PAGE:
QB3 symposium highlights job creation through innovation
Ten years ago, then Gov. Gray Davis outlined a plan to use research generated on the UC campuses to drive innovation and economic vitality in California. Flush with cash from the dot-com boom, Davis launched a $1.2 billion public-private effort to create an enterprise that he called a “down-payment on the future.”
The successes of that vision and investment were celebrated as a roadmap for California’s future on Wednesday, during a symposium hosted by the California Institute for Quantitative Biosciences (QB3) at Mission Bay and headlined by Davis, now a Distinguished Policy Fellow at the UCLA School of Public Affairs.
“The government had plenty of money and I wanted to invest some of that money in what we do best in California, which is innovation,” Davis said of the initial goal, calling innovation the single most important reason California is a major influence worldwide.
“If you’re born in the east, you grow up and you want to join something,” Davis said. “If you’re born in California, you grow up and you want to start something.”
As a result, QB3 and its three sister “Institutes for Science and Innovation” were created with the three-fold missions of supporting a specific sector of technology, fostering economic growth, and using those efforts to benefit society.
QB3, which includes researchers at UC Berkeley, UCSF and UC Santa Cruz, focuses on the junction between the biological and quantitative sciences. Davis said that the institute, headquartered at the UCSF Mission Bay campus and led by Regis Kelly, PhD, has exceeded his goals “many times over.”
That includes supporting world-class research with clear benefits to society, such as using yeast to grow low-cost anti-malarial drugs, or engineering bacteria to make biofuels, or developing technology to identify how aggressively tumors are growing. QB3 also has held true to its mission of driving economic development and fostering entrepreneurship through a seed-stage venture fund, an incubator network to provide the Silicon Valley-style “garage” and multiple services for entrepreneurs.
“Innovation, for us, comes in trying to connect things that have never been connected before,” said Kelly, director of QB3. That applies to scientists collaborating outside their fields, as well as QB3’s efforts to bring industry and academia together to help move great ideas out of the lab and into commercial use.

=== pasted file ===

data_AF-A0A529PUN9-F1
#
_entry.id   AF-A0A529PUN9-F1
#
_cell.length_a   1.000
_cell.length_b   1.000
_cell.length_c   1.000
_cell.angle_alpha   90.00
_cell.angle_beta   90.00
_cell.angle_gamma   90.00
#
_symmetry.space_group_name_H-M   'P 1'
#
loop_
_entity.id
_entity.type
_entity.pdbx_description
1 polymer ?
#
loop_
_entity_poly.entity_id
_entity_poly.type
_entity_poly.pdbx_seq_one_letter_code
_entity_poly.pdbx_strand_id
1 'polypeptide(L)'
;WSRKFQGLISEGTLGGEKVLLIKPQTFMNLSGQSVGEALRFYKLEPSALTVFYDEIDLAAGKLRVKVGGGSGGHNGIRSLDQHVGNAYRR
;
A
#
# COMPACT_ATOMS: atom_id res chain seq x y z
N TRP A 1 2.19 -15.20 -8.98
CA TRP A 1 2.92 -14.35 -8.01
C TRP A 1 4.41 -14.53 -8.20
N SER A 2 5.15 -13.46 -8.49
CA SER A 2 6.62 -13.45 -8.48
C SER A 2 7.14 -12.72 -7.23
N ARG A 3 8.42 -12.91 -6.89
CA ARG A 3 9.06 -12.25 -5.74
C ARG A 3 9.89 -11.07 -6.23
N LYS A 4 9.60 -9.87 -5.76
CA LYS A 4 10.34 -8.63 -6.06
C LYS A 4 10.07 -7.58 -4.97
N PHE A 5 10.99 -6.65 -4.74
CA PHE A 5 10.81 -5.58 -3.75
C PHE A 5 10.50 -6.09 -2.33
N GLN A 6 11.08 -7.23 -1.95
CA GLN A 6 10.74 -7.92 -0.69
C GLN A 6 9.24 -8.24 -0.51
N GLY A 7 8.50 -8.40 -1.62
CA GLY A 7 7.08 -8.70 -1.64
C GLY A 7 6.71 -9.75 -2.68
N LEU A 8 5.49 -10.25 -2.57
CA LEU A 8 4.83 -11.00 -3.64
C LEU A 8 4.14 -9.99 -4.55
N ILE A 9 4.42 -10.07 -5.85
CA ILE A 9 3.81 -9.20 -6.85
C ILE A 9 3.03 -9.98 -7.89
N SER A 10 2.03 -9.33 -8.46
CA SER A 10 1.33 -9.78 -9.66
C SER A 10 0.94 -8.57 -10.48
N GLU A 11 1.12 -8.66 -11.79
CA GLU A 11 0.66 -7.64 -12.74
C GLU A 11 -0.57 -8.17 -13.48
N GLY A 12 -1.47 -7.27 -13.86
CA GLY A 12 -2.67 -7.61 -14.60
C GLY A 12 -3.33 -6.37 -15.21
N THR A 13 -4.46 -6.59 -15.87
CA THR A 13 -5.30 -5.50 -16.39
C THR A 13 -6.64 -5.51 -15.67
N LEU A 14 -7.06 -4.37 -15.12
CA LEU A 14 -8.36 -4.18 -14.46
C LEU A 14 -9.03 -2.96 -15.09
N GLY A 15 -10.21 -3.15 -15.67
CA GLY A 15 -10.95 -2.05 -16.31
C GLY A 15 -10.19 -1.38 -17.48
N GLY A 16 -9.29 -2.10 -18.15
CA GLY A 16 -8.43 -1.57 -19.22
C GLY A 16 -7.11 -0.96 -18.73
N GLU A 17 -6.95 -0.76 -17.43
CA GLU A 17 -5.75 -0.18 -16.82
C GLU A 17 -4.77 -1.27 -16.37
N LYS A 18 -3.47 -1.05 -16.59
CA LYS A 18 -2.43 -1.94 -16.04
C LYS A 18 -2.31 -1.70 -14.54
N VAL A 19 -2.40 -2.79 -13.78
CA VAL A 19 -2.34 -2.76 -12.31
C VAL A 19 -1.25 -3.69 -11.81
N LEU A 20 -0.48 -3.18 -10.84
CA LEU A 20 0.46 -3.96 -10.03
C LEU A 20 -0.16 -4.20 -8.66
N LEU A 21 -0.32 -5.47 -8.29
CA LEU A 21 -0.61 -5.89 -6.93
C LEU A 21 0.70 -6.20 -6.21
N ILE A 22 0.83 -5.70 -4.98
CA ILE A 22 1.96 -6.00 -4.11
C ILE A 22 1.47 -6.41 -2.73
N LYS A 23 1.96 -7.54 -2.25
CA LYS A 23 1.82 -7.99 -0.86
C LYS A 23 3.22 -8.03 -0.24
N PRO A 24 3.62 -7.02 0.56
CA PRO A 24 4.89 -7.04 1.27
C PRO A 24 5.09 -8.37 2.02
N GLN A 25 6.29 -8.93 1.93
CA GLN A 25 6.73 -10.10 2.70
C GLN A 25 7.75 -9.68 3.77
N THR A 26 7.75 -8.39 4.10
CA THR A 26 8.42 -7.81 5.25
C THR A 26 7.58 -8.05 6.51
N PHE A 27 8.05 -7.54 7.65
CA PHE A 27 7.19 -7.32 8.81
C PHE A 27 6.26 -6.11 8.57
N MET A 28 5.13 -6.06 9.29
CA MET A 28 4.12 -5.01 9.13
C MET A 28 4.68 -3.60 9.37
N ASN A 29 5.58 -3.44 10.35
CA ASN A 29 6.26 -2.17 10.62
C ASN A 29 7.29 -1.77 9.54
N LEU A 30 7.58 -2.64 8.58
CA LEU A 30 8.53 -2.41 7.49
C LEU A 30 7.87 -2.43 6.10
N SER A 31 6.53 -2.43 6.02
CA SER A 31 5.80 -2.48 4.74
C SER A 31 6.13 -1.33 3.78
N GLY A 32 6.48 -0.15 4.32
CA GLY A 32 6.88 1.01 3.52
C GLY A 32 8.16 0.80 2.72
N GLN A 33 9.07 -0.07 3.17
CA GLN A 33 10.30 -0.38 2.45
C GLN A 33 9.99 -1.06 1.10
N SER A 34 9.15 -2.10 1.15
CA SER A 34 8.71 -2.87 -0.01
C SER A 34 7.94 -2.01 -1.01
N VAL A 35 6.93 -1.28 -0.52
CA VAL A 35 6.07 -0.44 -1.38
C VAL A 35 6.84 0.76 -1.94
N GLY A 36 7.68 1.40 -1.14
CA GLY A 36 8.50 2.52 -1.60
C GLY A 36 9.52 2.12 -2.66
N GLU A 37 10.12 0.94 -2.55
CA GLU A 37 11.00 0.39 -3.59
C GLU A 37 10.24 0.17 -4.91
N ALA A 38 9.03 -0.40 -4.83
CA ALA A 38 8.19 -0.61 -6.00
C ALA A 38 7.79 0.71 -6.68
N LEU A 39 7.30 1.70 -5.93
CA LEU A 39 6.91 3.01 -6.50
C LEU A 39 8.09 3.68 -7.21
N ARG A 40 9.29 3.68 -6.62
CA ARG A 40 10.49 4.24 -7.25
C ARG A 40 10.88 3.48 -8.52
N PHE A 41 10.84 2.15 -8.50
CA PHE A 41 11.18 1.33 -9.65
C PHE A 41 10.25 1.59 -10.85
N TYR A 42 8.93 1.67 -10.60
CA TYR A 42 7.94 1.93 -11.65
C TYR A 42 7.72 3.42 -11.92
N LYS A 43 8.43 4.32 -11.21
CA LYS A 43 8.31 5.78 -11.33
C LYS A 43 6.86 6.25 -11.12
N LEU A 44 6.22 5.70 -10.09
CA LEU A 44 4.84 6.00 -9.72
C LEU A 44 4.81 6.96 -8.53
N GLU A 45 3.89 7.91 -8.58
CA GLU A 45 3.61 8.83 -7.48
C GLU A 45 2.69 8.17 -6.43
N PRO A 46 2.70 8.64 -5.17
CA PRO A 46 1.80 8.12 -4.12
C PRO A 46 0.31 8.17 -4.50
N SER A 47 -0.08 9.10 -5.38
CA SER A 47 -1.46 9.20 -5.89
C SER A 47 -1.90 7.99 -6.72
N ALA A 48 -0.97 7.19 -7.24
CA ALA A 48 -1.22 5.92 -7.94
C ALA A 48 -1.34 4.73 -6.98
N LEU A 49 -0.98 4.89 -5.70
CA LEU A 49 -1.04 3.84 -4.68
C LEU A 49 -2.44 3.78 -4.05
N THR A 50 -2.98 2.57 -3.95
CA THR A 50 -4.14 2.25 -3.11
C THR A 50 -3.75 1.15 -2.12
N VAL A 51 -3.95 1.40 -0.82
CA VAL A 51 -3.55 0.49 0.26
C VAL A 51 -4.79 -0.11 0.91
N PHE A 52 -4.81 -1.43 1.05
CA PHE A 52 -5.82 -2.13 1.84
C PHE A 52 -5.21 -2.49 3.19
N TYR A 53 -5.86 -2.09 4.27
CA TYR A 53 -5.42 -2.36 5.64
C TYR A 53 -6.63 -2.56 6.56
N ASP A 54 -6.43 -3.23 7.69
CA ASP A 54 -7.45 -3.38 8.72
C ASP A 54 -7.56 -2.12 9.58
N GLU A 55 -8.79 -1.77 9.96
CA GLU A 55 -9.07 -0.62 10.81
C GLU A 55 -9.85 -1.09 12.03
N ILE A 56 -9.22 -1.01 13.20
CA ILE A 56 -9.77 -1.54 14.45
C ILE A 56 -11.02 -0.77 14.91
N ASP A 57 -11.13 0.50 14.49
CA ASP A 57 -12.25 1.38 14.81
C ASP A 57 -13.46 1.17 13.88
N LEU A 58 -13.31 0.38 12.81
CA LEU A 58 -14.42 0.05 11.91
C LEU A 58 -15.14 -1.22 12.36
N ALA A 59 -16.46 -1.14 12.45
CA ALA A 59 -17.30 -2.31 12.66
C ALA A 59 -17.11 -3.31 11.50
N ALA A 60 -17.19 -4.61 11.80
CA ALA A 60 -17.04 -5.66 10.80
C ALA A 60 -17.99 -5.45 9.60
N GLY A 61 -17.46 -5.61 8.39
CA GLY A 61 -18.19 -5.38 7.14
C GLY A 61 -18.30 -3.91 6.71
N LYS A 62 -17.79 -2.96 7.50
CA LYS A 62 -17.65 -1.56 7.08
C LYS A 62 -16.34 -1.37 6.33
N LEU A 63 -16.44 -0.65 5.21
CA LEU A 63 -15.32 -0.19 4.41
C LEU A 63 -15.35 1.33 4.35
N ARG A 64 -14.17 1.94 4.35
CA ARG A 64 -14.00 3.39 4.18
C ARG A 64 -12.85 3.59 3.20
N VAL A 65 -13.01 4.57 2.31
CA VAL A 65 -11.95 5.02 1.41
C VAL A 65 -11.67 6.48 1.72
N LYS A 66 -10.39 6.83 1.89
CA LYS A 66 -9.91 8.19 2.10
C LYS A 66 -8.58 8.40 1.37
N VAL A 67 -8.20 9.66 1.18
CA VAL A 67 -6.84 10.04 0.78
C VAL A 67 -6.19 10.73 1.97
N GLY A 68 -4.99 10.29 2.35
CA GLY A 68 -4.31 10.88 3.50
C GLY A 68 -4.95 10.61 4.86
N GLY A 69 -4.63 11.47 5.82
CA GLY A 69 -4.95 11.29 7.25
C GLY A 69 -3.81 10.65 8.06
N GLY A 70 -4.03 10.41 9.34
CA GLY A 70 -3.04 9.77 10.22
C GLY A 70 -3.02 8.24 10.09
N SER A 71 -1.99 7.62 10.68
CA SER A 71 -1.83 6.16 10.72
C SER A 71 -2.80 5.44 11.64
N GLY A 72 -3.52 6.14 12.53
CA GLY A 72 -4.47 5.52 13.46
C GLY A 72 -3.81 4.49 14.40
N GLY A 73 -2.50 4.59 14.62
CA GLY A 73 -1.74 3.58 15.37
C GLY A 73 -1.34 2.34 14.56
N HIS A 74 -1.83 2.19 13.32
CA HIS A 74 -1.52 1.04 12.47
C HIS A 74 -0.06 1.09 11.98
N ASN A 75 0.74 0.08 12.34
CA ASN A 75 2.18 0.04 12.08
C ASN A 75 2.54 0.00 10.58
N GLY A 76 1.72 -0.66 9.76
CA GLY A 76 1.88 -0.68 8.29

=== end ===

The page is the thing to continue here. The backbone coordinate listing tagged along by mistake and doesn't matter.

California Lt. Gov. Gavin Newsom, who served as mayor of San Francisco from 2004 to January 2011, said those efforts – along with city changes such as waving the payroll tax for biotech companies and changing parking allocations – have been key in transforming San Francisco into a life sciences center. Once the home of one biotechnology company, San Francisco now is a national biotech hub with 74 bioscience companies, including 44 that have spawned from the QB3 Mission Bay Incubator Network.
Those are lessons he hopes to apply statewide, Newsom said, but it won’t be easy.
“If you think it was bad in 2003 in San Francisco, trust me, it’s exponentially worse in Sacramento,” said Newsom, noting that without a state economic plan or clear vision for fostering innovation, the state will be overshadowed by significant efforts in states like Massachusetts. “We have got to get our act together in California.”
Newsom’s concerns were substantiated by Christie Smith, a principal with Deloitte Consulting LLP, who gave the funding figures behind that fierce competition: a $3 billion innovation investment in Texas; $1.6 billion in Ohio; and $1 billion in Massachusetts. By comparison, California now has piecemeal efforts such as these institutes, but no continued investment to compare with the other states.
The winning formula, she said, is to have governments, universities, investors and established companies come together, with sustained investments and a broad focus on generating innovation.
During an economic crunch, that might seem like something that would be nice to think about when the state is prosperous again. But that might be too late.
“Whenever there’s a tremendous change in the environment, those species that will survive are those that were innovative, biologically, in advance,” Kelly said. The same applies to society. “If we don’t learn to innovate as a society, it’s not clear that we will survive.”